Photo Information

AL ASAD, Iraq - A Marine Light Attack Helicopter Squadron 269 AH-1W Super Cobra takes off from the Al Asad flightline, March 14. This is the fourth time the "Gunrunners" of HML/A-269 have taken the place of the "Warriors" of HML/A-167 at Al Asad. (Official USMC photograph by Cpl. Zachary Dyer)

Photo by Cpl. Zachary Dyer

Warriors, Gunrunners form one-two punch at Al Asad

26 Mar 2007 | Cpl. Zachary Dyer

“We live here. You just visit.”

That is what is written below the Marine Light Attack Helicopter Squadron 167 logo painted outside Al Asad’s Tactical Air Control Center as a testament to their status here.

The “Warriors” of HML/A-167 and their fellow East Coast squadron, the “Gunrunners” of HML/A-269 share a deployment cycle to Al Asad with only five months between tours.

“There’s only two East Coast HML/As,” explained Sgt. Maj. Mark Pauley, the Warriors’ sergeant major. “So we just rotate in and out. For some Marines this is their fourth time here. Actually, I have some that are on their fifth deployment.”

The squadrons’ responsibilities in Iraq are to provide close air support to Marines on the ground and provide escorts for medical evacuation missions, according to Lt. Col. Scott Jensen, the Gunrunners’ commanding officer.
The East Coast squadrons are responsible for Al Asad and the surrounding area, while the West Coast squadrons are responsible for Al Taqaddum, according to Lt. Col. Lawrence Killmeier, the Warriors’ commanding officer.

“The West Coast’s operational tempo is very high also, but they have three squadrons that they are rotating through TQ,” said Killmeier. “So a squadron comes over here and does their seven months and goes back. They have to do the same training, but they have 10 months to a year to get ready for it. Because we only have two squadrons, there’s no one else in the rotation. It just goes between ‘269 and ‘167.”

The Warriors turned over mission responsibility to the Gunrunners for the fourth time, March 11.

“We’ve pretty much got the transition down to a science,” said Killmeier, a Knoxville, Tenn., native. “It’s fairly seamless. Last fall when we took the mission, ten minutes afterwards we had our first (medical evacuation). I imagine it was transparent to the ground forces they were supporting. The only thing different to them was the call signs.”

During the last seven months, the Warriors have racked up an impressive record, with 5,500 flight hours and 4,200 sorties, according to Maj. Scott Clifton, the Warriors’ operations officer.

Now that the Gunrunners have stepped up to the plate, they are looking to do just as well as their fellow Marines, according to Jensen, a Salmon, Idaho, native.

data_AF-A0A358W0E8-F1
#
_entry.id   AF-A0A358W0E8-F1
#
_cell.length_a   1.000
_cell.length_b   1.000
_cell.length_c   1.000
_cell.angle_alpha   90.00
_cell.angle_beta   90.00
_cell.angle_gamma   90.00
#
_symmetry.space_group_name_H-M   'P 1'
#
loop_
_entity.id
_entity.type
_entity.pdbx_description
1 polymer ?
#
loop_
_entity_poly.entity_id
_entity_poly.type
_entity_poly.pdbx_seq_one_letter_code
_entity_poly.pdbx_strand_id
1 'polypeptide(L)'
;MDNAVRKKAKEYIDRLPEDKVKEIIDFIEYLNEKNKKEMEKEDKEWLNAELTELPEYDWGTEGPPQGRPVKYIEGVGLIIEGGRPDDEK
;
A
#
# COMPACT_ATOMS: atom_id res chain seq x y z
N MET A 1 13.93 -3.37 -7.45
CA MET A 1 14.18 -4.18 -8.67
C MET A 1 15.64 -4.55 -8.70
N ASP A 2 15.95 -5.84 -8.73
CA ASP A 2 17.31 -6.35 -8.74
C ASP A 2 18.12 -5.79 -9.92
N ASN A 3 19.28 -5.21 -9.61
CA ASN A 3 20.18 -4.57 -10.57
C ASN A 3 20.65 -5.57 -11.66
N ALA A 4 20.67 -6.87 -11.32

“I expect them to do the basics, and to do the basics well.” said Jensen. “That means technically in their skill field and (Military Occupational Specialty), but also as a Marine.  If we all accomplish those things then the big missions get taken care of.”

Both Jensen and Killmeier believe their Marines are handling the rapid deployments well.

“Marines are Marines, and they are going to do anything you ask them to do,” said Jensen. “And they are going to do it well. That’s our tradition, going back centuries really. There’s no doubt, without any fluff, to say that the Marines are doing really well. They know their business because they have to know their business, but the cost comes in separation from the family.”
The Marines credit those they left in the rear with helping them get through the constant deployments, according to Cpl. Melinda Sims, a Gunrunners’ intelligence analyst on her third deployment to Iraq.

“Having the support of my family and friends helps a lot, whether I’m back home or in Iraq,” said Sims, a Panama City, Fla., native. “Just supporting me, sending me things, keeping my spirits up.”

The Marines also have the support of their fellow Gunrunners and Warriors to help get through the deployments, according to Sgt. Maj. Terry Stanford, the HML/A-269 sergeant major.
“I can sum it up in one word, ‘together’,” said Stanford, a Penn, Pa., native. “We’re doing it together and we are handling it quite well.”

It’s a testament to the determination and focus of the Marines that both squadrons have no problem getting their Marines to re-enlist, according to Jensen.

“It points to their patriotism and their willingness to serve,” said Jensen. “They joined the Marine Corps to be Marine and come in to a combat zone and do what they’re doing. We meet and way exceed our retention goals each year because Marines want to step in.